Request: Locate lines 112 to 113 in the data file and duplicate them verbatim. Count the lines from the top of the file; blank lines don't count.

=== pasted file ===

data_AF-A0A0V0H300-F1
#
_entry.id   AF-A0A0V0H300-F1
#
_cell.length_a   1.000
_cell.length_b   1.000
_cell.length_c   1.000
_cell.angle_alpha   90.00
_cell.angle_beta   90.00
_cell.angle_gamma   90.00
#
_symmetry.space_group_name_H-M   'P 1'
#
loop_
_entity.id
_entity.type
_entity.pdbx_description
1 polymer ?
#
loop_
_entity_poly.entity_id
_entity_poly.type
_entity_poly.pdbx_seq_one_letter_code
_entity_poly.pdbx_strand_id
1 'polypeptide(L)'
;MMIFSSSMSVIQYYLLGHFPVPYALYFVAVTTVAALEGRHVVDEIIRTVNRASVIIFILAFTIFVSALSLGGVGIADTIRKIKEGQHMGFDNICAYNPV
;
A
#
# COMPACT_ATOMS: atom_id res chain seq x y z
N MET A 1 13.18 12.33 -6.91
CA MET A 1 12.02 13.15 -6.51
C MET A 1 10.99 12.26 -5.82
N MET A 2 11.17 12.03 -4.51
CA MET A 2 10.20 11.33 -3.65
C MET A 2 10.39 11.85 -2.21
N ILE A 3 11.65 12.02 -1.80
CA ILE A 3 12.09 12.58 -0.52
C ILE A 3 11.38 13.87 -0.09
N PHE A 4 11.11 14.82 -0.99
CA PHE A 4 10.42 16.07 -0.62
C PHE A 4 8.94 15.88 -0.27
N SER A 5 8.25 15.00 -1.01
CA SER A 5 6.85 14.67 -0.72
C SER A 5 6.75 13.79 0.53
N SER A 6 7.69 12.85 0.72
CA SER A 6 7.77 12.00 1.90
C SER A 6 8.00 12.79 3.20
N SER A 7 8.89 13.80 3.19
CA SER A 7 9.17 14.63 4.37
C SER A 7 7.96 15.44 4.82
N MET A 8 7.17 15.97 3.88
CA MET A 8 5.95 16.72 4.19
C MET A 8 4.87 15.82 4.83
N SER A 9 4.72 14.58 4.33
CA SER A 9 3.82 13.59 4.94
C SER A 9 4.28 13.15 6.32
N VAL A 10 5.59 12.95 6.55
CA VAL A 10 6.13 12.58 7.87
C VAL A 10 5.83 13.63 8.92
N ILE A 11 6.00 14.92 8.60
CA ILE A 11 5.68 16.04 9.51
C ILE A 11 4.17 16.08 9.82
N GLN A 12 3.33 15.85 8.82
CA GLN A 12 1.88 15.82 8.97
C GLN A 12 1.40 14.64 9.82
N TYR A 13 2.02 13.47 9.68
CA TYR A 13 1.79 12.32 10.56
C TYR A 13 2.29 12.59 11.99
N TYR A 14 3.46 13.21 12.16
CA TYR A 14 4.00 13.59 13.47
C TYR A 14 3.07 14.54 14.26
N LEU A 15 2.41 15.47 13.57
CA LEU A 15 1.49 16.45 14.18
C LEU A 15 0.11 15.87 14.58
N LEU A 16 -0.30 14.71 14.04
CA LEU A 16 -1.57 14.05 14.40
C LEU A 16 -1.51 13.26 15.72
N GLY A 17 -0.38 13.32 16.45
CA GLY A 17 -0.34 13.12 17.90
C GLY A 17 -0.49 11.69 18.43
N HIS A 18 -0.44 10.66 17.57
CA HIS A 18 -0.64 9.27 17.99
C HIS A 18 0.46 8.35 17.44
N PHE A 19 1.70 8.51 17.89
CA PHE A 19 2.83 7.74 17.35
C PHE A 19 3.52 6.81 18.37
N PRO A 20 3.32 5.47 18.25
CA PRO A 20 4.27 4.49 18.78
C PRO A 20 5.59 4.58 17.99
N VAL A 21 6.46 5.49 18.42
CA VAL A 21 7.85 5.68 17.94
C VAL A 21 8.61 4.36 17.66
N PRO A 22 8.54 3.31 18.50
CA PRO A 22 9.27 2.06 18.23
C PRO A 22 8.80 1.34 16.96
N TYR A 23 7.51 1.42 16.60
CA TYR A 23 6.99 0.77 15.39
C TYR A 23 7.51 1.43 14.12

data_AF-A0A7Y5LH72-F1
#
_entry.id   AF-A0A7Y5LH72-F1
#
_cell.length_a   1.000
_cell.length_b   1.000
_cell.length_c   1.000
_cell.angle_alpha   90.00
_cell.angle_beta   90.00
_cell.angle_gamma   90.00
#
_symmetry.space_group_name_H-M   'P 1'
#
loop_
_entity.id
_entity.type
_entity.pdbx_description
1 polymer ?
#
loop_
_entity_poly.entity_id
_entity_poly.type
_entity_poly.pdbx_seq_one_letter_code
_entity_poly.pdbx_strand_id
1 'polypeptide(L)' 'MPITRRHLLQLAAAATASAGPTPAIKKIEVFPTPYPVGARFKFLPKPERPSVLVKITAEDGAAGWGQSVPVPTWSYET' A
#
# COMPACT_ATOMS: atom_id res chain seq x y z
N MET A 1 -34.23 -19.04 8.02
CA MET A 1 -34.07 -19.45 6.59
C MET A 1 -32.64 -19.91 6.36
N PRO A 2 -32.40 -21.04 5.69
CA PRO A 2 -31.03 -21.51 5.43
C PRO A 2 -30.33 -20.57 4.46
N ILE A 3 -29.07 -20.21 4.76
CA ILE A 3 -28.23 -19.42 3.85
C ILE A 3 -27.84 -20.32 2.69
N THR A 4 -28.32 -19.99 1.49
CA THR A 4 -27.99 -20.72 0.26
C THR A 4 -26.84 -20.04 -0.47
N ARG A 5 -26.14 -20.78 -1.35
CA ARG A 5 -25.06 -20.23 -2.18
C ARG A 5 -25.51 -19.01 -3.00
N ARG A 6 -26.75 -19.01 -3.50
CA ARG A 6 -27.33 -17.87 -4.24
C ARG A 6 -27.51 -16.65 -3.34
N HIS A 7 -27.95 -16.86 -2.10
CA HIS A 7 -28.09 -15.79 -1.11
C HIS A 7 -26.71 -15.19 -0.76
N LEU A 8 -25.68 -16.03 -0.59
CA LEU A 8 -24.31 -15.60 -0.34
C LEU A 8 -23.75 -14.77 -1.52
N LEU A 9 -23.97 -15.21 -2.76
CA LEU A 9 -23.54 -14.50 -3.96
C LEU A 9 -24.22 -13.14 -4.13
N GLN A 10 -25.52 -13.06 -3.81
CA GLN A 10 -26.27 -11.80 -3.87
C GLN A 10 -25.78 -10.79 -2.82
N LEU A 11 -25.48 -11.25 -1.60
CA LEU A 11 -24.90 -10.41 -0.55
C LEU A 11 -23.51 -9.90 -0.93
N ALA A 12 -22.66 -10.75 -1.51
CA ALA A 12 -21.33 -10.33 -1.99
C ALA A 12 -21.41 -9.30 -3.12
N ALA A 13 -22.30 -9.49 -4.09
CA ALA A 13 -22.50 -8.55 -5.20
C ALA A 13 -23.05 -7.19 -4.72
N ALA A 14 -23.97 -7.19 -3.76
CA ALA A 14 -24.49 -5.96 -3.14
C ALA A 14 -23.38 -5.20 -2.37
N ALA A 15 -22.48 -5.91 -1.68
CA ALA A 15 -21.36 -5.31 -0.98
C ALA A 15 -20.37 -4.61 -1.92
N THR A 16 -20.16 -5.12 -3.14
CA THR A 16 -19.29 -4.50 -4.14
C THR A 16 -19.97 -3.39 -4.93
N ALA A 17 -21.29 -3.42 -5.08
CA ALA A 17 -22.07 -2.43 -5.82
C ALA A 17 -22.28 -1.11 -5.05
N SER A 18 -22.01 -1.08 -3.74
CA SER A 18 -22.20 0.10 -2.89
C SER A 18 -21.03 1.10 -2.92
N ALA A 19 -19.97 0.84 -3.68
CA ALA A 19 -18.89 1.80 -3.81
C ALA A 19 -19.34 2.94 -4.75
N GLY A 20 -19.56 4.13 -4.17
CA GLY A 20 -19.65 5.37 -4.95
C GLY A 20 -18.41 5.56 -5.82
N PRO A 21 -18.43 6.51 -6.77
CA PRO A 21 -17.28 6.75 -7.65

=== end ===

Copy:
#
loop_